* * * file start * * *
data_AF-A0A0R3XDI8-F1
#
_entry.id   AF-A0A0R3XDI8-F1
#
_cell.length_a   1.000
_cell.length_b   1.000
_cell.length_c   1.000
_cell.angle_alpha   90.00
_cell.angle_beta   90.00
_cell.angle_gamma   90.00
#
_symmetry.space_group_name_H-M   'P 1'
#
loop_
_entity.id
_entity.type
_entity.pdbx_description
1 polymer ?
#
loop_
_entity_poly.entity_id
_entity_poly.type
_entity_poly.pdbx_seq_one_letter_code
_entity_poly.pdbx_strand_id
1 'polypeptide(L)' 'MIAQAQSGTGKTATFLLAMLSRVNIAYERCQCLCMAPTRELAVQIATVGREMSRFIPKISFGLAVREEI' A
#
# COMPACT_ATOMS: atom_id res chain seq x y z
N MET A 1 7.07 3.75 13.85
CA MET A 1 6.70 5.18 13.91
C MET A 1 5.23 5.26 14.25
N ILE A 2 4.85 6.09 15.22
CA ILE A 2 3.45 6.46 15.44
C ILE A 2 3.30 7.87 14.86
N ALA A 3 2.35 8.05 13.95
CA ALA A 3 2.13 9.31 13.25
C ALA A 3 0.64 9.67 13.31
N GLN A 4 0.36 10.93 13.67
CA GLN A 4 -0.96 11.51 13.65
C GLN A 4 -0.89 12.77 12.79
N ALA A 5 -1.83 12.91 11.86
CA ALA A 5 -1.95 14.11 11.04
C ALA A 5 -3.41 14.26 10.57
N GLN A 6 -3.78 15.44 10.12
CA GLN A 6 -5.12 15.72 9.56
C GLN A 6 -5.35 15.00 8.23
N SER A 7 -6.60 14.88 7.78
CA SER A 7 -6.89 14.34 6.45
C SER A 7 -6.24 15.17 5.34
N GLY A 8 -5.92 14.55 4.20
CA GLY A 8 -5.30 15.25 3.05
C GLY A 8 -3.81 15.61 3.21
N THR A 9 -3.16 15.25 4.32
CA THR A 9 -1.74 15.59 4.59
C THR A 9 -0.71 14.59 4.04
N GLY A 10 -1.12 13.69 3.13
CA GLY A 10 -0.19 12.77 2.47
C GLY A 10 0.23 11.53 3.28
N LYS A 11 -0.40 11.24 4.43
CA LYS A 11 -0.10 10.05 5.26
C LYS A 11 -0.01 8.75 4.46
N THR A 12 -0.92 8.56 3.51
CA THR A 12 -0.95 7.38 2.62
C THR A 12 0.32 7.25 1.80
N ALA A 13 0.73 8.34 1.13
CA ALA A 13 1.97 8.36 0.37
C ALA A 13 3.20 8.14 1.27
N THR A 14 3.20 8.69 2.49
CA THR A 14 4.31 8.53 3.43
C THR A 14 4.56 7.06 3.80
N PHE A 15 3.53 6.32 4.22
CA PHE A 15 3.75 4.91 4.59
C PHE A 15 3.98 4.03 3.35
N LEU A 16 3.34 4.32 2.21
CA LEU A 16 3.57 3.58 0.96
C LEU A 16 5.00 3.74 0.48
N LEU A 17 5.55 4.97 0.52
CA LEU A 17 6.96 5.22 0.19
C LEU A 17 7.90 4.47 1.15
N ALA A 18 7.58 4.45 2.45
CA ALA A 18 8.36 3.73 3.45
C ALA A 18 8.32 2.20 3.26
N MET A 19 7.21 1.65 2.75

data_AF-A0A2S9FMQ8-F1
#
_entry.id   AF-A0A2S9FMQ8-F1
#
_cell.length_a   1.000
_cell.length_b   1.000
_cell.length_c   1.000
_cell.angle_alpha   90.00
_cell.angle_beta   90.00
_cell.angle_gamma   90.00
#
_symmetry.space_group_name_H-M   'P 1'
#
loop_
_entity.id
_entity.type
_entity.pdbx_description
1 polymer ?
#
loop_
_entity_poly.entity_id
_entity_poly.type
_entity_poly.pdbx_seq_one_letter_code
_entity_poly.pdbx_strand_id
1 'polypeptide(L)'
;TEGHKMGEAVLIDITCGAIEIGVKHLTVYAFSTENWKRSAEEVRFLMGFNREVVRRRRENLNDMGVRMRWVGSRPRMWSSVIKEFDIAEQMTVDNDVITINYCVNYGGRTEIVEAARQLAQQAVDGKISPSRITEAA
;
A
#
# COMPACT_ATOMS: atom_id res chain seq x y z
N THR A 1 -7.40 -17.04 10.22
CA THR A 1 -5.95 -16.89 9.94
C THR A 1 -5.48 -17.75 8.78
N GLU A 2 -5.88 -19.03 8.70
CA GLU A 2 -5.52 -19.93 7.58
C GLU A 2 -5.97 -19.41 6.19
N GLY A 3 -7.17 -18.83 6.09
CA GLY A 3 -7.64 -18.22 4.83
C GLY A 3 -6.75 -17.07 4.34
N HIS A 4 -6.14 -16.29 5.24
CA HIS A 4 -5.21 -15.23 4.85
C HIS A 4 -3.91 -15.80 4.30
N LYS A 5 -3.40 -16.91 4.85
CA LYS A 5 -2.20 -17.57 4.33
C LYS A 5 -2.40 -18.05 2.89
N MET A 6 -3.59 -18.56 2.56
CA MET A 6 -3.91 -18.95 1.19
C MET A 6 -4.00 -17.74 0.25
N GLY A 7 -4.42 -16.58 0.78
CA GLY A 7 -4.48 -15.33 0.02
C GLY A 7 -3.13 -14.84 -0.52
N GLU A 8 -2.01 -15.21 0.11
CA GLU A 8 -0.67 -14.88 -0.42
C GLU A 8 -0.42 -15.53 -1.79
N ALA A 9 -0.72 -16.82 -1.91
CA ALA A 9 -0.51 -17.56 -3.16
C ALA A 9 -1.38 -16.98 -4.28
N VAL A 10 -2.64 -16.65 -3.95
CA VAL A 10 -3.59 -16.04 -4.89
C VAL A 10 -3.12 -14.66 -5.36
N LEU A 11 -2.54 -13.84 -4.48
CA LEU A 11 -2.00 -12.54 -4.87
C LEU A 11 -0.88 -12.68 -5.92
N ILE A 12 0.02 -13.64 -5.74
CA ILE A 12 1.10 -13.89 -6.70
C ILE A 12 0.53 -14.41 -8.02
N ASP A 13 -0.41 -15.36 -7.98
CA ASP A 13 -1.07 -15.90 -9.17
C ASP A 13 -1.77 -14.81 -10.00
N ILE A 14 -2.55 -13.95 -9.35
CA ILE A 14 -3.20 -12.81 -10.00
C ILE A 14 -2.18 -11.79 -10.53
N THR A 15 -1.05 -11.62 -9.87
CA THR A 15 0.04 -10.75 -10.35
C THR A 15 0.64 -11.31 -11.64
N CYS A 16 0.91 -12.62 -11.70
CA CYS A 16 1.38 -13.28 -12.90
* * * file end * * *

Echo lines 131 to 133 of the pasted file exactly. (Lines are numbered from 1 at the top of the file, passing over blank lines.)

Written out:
N GLY A 7 -4.42 -16.58 0.78
CA GLY A 7 -4.48 -15.33 0.02
C GLY A 7 -3.13 -14.84 -0.52